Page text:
There was an unbridled waste in the public service as a result of the mismanagement of public property such as houses, vehicles, furniture and several other assets. It was expected that when fully implemented, monetization policy will minimize the waste and the abuse of public fund and facilitates; encourage public servants to own personal houses; enable public servants to plan for a more comfortable post service life; reduce capital cost and reduce rent as public servants who constitute majority of tenants in the urban centres will have developed their personal houses.
Finally, the reversal of the policy especially as regards the sold government properties shows that there is confusion in the implementation of the policy. By implication, many civil servants especially the middle and low-income earners were not likely to be a benefactor.
1.3 Aims and Objectives of the Study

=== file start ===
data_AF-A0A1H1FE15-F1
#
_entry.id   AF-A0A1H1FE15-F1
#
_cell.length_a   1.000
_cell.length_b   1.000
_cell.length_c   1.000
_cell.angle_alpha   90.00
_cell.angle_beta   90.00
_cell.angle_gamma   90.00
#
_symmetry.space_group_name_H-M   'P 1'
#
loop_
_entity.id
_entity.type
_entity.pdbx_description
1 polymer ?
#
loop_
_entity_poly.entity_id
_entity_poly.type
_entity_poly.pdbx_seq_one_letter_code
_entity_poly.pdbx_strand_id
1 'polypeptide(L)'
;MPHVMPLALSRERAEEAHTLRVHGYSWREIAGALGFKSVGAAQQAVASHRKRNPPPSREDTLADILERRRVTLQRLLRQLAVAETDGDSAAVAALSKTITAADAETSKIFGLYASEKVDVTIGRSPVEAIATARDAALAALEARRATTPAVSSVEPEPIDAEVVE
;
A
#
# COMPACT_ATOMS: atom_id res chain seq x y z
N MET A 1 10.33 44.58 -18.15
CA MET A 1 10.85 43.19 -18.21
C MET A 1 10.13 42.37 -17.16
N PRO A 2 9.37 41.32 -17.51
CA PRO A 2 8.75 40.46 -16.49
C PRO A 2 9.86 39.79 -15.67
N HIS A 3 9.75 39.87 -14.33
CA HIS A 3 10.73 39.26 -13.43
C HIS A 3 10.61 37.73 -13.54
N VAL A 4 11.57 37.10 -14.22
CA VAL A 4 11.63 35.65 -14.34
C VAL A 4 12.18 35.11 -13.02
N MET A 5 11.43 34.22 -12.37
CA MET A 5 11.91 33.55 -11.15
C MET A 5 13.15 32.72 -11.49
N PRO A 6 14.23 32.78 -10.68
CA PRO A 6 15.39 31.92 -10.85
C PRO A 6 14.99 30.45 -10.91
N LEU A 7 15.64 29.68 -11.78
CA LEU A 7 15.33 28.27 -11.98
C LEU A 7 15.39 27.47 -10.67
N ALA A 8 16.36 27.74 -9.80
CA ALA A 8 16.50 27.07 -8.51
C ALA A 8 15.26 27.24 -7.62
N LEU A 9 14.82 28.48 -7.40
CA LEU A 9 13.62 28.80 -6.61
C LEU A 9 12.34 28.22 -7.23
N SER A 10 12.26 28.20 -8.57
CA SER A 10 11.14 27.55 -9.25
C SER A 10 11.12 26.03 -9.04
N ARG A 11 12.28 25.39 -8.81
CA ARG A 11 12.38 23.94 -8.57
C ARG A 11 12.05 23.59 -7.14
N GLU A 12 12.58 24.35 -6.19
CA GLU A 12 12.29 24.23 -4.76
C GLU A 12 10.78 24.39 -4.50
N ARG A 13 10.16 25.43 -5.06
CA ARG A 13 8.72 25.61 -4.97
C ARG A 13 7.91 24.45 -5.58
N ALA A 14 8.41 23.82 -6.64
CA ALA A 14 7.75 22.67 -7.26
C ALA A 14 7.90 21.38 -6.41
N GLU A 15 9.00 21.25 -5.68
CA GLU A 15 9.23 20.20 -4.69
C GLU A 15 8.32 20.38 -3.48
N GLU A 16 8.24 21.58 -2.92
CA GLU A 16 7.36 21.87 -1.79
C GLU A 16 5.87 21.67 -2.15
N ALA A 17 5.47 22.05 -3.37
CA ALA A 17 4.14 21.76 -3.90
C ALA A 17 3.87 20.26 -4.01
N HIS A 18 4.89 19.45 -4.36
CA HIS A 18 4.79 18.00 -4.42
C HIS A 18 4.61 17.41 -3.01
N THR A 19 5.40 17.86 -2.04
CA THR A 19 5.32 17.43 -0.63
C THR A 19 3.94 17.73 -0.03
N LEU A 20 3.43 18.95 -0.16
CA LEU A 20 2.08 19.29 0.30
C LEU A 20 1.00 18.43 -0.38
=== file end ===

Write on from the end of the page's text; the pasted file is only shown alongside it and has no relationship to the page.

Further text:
This research work examines the monetization policy on the morale of Nigeria workers and the objectives of this study include:
To know whether monetization of policy has reduced running cost of government.
To investigate the effect of monetization on the morale of civil servants.
3. To find out the benefit of monetization policy on Nigeria Workers.
4. To identify the problems hindering effective implementation of the monetization policy.
1.4 Relevant Research Questions
Does monetization policy reduce running cost of government expenditure?
How effective is the policy of monetization on the morale of civil servants?
3. What are the benefits of monetization on Nigeria workers?
4. What are problems hindering the effective implementation of monetization policy?
1.5 Relevant Research Hypotheses
The following hypotheses were developed for the study:
Ho: There is no significant relationship between monetization policy and the morale of Nigeria workers.
H1: There is significant relationship between monetization policy and the morale of Nigeria workers.
Ho: Monetization policy has not reduced the running cost of government expenditure
H1: Monetization policy has reduced the running cost of government expenditure